The Weird Fascination With 'The Bachelor' Colton Underwood’s Virginity

Ah, Bachelor Nation. It’s January, and with every new year brings a new man ready to break a new set of ladys' hearts. All over America, women and men gather around their television on Mondays at 8pm and flip to ABC while nuzzling popcorn and red wine to watch this ridiculous show (myself included). But this year, there’s a new obsession buzzing on everyone’s lips and bouncing around the Internet. Is the new Bachelor an Astronaut? Did he find the cure for a century old disease? Is he Timothée Chalamet?! Nope!

But he is a virgin!

You absolutely did read that right. Every Monday for upwards of two hours, the world fawns over the highly-coveted concept of a man not having engaged in a sexual act. Except, the world doesn’t WANT to talk about Colton’s virginity, because ironically, we seem to understand that virginity doesn’t really mean anything and is not some billion-dollar prize to be won.


Some of the ladies on the show, however, did not pick up on the memo that virginity isn’t a foreign concept. Many made jokes about Colton and the need for his “cherry” to be popped. Ew. Yes, there are virgins in this world because no, sex is not the end-all and be-all of life. A shocker, I know. This is such a prominent issue people are making a DRINKING GAME out of how many times it's mentioned.




Hello?! A problem! That is one!

People cannot fathom that a man has not engaged in sexy time so much that SNL literally made an entire skit about Colton being a virgin!


Was it funny? Maybe! But the fact that we’re still making fun of a guy because he hasn’t had sex yet is really wild. There is more about Colton than being a virgin, I hope the world realizes.

All teehee's and haha's aside, though. This really shows how society thinks about sex, the weight of sex, the decisions behind sex and the reinforcement of the virgin label. Sex is such a personal thing whether people hold zero value in it or think of it in high regard. It boils down to being open with your body and sharing it with another person in the hopes that they treat you with respect so that you can both enjoy a fun, natural activity safely (please engage in safe sex because safe sex is for cool kids). It is not an indication of status, worth or superiority—but it's really childish and exclusive and not to mention totally intrusive for people to be so hard-wired on the speculations behind Colton having sex or NOT having sex. It's come to the point where people are speculating about Colton's sexuality, which is never a cool thing to do, ever. There is only one answer. He doesn't want to yet, and doesn't have to until he is ready. That's it. That's the tea. Everyone can go home and mind their business, now.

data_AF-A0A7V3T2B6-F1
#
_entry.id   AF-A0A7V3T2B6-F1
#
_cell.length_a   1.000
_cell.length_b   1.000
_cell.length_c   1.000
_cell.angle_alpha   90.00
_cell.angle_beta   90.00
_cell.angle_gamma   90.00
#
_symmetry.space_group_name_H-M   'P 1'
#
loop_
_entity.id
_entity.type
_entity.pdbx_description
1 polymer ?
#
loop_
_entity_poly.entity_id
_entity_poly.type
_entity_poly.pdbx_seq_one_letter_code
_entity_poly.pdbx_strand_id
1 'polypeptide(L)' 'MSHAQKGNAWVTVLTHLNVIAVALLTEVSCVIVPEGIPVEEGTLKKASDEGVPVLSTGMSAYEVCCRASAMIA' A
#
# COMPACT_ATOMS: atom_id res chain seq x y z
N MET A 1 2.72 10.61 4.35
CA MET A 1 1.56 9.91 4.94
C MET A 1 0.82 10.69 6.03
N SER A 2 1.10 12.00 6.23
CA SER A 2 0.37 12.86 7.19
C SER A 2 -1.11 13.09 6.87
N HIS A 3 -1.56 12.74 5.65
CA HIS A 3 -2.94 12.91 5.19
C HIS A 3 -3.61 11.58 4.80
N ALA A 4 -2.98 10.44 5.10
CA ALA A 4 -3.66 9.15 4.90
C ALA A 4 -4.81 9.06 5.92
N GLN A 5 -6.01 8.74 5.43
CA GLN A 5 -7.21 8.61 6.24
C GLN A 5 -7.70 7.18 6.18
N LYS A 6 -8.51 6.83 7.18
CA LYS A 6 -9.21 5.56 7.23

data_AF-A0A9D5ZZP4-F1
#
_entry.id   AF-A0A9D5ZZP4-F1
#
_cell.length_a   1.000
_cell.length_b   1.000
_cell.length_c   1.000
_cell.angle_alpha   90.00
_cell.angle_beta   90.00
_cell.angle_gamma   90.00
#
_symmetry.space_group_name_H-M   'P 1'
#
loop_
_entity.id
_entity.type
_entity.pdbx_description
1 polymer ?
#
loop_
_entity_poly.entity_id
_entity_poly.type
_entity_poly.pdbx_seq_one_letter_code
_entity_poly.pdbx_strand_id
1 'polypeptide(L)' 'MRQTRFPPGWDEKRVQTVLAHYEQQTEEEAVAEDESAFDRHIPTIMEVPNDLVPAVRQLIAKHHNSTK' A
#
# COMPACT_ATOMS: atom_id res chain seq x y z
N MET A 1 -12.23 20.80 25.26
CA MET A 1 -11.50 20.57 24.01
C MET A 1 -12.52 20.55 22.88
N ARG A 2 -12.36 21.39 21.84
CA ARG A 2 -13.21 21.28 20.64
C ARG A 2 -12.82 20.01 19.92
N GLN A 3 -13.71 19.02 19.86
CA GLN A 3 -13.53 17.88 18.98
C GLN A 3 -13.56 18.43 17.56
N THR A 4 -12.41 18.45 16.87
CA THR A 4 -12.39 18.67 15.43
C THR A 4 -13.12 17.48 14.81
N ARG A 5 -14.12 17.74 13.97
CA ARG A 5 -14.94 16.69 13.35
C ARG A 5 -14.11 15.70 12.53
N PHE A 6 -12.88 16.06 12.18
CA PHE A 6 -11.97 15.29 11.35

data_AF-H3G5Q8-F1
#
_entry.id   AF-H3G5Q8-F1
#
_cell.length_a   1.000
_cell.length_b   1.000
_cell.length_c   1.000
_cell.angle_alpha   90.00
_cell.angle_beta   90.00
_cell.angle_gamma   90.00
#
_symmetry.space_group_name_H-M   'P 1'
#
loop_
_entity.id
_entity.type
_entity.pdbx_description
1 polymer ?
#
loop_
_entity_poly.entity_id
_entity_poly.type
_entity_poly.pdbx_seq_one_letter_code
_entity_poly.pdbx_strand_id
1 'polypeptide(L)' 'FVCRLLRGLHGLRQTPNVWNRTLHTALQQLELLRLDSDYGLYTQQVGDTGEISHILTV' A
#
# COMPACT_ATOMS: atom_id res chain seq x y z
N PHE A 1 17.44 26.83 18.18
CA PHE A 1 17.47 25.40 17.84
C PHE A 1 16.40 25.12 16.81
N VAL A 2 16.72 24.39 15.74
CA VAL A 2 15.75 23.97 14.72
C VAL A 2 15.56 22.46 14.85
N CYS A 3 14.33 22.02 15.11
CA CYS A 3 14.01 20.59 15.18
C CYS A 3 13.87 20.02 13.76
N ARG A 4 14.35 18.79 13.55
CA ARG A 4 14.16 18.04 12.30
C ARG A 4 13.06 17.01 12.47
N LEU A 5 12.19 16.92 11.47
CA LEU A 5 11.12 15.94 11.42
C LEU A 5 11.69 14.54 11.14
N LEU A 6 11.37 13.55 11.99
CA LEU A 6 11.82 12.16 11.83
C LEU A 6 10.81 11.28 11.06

This debate behind a personal choice stems from society’s understanding of the pillars of masculinity, and people have chosen to use sex as a tool by which to judge the masculinity and value of men.  Don’t get me wrong, they use it against women too as a different kind of sexual shame tactic (the prude if you don’t, whore if you do sort of tango that no one wants to dance). But with men? Let me tell you. Men are reduced to sexual brain-dead zombies that can’t do anything but talk about sleeping with women. Men cannot possibly have an interest in anything outside of sexual relations with women. I say 'with women' because men that like other men is a whole other can of worms that I may or may not open at a later date, stay tuned. The extreme college dude "bro mentality" that plagues society is really daunting, and I feel bad for Colton. He’s a football player; founder of the The Legacy Foundation, a charity that works to support children with cystic fibrosis; and loves dogs!

A mood!

Here are some fun facts, Her Campus readers—Colton Underwood is a person. Virginity is a social construct. The world should have better, bigger things to talk about, and I’m still trash and will absolutely keep watching The Bachelor in my leisure time because as stupid and backwards as this show is, it’s still funny, mindless television that allows me to pretend I don't have internships to apply for, or homework to do.